HALLOWELL — Members of the public are encouraged to weigh in on the city’s fire protection future at a meeting Wednesday night at City Hall.

Camden fire consultant Neil Courtney issued a report to the city in December outlining a range of options, with many pros and cons for Hallowell officials to consider.

In December, Mayor Charlotte Warren said that after the meeting city councilors will select the option they want to pursue. Then, Courtney will devise an implementation plan and should return a final report to the council in February, she said.

The options include building a joint department with or merging fully with another town, perhaps Farmingdale; keeping the Hallowell Fire Department; creating a public safety department housed in a new building; and contracting services to a larger town, perhaps Augusta.

Courtney’s report warns that while a full merger or interlocal agreement would yield the “highest and best use of limited and diminishing resources,” it may be idealistic, causing “angst among fire fighters with pending change of status quo” and loss of municipal autonomy.

Hallowell Fire Chief Mike Grant said building a new building to house both police and fire personnel makes the most sense, while the fire department expands mutual aid agreements with surrounding towns. Now, the city has agreements with Augusta and Farmingdale.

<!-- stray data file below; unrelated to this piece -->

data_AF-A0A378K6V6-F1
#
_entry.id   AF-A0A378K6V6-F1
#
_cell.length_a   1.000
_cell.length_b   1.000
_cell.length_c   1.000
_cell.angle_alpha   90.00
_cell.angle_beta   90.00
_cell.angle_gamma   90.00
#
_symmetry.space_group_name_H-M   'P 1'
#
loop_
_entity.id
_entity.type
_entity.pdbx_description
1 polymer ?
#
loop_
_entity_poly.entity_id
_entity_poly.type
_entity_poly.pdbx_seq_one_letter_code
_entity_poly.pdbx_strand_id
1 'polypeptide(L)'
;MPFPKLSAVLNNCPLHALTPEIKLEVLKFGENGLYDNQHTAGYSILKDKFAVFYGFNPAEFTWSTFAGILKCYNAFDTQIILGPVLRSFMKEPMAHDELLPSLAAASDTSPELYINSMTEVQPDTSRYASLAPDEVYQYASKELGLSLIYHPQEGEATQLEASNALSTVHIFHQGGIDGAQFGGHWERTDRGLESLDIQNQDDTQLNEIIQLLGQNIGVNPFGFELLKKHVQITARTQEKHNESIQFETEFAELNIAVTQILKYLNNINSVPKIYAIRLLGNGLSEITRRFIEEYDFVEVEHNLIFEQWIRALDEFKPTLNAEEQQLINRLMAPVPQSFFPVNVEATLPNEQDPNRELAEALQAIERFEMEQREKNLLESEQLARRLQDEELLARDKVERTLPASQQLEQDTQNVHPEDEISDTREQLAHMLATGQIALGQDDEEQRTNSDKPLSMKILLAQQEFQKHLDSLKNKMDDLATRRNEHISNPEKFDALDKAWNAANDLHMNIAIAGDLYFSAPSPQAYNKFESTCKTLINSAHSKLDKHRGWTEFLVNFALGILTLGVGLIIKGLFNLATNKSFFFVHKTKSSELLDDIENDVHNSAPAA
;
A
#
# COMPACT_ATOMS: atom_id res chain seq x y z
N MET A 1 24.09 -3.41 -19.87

“We’re already joined at the hip with area departments, but the cost-sharing and administrative stuff is what everybody wants autonomy over,” he said. “It takes everybody wanting to do it.”

Grant said the city’s most realistic option would be to “bite the bullet and build a public safety building not just for us, but for the police.”

Now, the 13-member Hallowell Fire Department is housed in a Second Street station built in 1828 that officials say is in a state of disrepair. The Hallowell Police Department is based on the bottom floor of City Hall, off Winthrop Street.

According to a 2009 engineering report, the fire station has several areas where asbestos was used in piping and flooring. There are no showers and bay doors are manually operated. The building’s second floor is unused, ravaged by mold and caved-in ceilings. A wood addition on back of the building still shows damage from a 1932 fire.

Department Lt. Jeffrey Thompson said his preferred option would be a brand new station, but he realizes the city may go in a different direction.

“I’m not going to be selfish,” he said. “I’m going to go with what the forefathers of the city think is best for the residents of Hallowell.”

At a January meeting at City Hall, residents debated similar options. Cost estimates for a new station were also laid out. According to minutes, the cost of renovating the main brick part of the station was estimated at between $475,000 and $525,000, with a new station potentially costing anywhere from $500,000 to $720,000.

In July, the City Council voted to allow City Manager Michael Starn to negotiate a contract with Courtney, who was hired at $13,260 for his work.

Michael Shepherd — 621-5632

msheph[email protected]


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